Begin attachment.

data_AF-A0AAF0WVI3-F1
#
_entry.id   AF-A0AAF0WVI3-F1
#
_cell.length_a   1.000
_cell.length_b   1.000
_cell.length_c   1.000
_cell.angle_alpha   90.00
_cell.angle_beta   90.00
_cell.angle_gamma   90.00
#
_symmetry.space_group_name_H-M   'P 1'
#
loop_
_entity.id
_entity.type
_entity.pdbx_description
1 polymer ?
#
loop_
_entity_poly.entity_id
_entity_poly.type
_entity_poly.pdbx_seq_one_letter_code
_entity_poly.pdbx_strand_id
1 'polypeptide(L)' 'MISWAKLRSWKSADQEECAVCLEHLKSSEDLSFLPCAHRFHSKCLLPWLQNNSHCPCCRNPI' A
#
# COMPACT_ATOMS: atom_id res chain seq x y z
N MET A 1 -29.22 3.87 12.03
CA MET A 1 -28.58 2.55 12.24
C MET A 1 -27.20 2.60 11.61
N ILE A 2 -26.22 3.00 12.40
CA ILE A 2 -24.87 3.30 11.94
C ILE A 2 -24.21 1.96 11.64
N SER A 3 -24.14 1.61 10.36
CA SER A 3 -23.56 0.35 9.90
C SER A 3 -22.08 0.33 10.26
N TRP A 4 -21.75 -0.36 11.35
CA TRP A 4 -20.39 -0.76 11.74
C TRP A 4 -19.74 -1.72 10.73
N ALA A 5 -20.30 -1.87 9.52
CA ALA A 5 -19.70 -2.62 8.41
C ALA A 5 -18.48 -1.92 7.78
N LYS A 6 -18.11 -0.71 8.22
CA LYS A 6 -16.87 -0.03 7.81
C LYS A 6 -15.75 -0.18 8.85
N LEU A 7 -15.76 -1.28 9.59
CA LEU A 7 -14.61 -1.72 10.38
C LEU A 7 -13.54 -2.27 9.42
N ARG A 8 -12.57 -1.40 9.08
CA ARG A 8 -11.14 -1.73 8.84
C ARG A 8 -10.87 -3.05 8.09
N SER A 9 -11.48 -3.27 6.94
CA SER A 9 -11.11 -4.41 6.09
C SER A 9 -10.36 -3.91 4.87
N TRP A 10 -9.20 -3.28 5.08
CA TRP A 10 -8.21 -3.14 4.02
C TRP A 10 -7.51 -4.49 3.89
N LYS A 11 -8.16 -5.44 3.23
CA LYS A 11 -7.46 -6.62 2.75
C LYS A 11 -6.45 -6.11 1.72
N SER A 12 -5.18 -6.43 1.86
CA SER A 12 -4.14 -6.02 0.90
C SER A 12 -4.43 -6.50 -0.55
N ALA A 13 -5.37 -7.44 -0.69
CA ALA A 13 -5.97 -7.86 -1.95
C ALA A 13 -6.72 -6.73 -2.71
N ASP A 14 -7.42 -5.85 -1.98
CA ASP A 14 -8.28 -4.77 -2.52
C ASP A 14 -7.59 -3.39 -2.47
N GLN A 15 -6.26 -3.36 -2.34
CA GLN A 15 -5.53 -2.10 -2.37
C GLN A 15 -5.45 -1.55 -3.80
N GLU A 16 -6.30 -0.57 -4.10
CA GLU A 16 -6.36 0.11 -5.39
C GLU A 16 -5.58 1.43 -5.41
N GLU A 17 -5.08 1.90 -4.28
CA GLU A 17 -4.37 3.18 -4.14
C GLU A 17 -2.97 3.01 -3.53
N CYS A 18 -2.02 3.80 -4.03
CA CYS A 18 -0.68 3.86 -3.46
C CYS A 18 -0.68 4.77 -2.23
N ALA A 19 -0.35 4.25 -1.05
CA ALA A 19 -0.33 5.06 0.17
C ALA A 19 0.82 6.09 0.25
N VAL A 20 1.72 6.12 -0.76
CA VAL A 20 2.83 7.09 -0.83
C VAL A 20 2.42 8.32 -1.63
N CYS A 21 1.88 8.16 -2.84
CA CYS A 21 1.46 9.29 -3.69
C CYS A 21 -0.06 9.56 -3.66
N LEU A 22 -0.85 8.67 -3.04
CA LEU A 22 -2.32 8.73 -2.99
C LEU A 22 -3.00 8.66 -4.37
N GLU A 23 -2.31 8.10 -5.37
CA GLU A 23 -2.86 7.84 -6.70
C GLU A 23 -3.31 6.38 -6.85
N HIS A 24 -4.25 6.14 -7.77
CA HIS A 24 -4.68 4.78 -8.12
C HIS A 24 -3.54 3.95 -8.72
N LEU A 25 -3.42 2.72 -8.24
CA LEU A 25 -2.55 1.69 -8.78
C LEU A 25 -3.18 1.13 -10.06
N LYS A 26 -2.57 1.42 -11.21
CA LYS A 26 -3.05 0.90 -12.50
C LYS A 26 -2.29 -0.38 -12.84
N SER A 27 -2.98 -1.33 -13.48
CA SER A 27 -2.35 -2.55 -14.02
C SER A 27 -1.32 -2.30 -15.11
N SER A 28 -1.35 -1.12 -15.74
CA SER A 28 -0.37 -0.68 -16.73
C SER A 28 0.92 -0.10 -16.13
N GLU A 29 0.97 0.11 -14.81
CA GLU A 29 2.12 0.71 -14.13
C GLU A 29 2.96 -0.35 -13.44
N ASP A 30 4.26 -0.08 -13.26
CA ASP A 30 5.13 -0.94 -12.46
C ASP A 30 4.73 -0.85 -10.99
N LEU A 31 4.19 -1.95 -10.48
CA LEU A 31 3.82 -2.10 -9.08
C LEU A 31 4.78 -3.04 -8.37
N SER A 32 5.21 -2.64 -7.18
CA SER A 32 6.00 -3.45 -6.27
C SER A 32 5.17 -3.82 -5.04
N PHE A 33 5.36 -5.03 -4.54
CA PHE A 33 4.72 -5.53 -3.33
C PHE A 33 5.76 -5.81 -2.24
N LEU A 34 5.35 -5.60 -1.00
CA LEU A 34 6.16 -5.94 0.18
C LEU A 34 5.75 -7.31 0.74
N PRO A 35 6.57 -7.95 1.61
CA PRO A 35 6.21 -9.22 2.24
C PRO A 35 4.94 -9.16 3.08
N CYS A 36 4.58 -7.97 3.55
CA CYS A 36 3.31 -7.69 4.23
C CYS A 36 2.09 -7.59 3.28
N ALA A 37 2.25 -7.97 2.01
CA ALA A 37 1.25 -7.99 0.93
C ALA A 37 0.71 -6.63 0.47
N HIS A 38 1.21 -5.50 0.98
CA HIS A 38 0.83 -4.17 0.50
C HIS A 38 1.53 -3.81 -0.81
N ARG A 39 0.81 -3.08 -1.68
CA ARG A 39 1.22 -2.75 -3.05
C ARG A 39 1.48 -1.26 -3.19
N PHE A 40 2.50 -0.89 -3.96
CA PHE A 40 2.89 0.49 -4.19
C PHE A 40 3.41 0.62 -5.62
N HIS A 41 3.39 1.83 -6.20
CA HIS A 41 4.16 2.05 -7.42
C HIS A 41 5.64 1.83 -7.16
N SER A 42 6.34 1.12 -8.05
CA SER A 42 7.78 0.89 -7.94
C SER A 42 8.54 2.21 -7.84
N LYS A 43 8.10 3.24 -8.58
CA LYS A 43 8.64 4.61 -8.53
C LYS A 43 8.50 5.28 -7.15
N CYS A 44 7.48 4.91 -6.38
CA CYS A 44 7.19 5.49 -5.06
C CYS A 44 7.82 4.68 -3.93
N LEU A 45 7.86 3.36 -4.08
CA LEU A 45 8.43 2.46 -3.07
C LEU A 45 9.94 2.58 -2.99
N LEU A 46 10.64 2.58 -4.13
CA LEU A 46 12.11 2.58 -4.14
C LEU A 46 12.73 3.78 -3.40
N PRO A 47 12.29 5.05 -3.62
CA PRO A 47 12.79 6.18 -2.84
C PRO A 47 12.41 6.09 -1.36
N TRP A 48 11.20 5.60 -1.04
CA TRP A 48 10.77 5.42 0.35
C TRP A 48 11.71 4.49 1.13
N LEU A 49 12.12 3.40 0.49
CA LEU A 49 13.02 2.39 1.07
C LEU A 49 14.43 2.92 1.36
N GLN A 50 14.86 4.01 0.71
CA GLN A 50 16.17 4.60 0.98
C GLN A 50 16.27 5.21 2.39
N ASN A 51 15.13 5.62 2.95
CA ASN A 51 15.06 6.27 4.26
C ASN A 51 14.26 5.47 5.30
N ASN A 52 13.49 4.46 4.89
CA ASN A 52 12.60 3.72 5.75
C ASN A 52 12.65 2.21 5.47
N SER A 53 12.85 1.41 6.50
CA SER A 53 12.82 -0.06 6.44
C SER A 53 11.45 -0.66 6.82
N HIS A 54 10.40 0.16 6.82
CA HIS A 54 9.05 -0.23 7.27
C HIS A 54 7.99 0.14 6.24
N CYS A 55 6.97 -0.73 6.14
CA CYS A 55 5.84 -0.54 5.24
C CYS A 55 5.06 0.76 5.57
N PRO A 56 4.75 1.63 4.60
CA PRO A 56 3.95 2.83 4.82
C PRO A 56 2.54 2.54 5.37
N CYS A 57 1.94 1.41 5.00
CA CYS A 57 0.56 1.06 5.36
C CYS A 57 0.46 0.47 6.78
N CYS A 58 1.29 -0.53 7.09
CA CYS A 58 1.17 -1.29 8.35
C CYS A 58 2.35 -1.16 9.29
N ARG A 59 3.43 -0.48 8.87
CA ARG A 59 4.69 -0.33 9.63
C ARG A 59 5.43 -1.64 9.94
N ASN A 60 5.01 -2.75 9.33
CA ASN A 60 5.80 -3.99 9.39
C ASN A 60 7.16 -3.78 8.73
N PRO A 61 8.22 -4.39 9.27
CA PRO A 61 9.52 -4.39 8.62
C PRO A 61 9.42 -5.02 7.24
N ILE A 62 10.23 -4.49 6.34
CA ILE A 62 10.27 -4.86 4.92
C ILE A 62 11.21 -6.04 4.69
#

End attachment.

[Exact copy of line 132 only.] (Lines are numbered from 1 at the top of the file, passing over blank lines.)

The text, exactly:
C PRO A 35 4.94 -9.16 3.08